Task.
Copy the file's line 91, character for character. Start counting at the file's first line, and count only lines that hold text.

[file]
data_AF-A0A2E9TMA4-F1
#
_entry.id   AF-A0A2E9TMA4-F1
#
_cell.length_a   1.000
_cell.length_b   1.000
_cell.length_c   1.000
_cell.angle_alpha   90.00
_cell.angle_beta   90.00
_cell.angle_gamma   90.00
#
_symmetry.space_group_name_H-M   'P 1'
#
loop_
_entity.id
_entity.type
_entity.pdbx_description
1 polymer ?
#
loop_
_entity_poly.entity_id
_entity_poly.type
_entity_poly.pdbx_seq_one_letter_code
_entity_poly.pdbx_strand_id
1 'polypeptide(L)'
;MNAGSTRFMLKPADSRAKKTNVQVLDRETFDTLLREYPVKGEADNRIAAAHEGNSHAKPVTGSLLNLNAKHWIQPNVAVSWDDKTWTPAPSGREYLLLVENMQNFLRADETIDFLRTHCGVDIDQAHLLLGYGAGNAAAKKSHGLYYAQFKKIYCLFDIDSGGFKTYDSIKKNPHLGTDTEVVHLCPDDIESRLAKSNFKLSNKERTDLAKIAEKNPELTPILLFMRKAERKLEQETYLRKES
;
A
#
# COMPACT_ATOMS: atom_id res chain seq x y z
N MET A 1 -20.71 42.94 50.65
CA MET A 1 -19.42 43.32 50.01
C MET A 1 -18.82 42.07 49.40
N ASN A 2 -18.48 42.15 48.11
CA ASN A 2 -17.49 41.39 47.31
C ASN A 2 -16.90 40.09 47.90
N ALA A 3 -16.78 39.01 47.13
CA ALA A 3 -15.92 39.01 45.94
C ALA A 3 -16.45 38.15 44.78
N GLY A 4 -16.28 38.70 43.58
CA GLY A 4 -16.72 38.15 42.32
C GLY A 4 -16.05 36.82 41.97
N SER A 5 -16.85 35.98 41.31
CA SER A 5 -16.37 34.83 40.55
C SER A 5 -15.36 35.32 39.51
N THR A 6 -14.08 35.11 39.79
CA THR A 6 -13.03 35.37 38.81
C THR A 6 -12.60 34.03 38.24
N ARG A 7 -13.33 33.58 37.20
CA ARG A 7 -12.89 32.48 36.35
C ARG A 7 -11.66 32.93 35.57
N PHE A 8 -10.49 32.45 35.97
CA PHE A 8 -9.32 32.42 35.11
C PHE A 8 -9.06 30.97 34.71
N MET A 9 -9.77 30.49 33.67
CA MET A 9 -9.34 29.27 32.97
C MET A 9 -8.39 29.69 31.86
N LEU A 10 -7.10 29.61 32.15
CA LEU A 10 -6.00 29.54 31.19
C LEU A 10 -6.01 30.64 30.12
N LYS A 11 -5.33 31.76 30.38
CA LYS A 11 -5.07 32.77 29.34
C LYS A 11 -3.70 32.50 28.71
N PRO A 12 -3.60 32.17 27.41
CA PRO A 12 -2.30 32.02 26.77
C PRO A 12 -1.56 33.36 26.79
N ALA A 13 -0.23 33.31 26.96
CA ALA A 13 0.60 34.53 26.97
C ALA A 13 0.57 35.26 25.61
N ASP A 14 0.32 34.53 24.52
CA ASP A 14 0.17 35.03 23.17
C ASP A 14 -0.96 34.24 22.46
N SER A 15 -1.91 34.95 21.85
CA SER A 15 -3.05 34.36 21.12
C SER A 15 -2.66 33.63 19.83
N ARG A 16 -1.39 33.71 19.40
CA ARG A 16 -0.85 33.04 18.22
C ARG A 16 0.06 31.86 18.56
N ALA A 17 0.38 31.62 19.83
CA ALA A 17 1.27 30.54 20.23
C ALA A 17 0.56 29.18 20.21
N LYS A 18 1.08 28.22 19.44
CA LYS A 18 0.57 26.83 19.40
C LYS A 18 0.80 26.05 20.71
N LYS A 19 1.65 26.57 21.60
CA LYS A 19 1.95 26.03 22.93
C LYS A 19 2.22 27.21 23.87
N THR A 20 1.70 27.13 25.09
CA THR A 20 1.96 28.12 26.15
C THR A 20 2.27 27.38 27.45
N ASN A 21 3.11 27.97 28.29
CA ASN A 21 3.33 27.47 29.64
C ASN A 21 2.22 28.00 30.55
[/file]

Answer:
N ASN A 21 3.11 27.97 28.29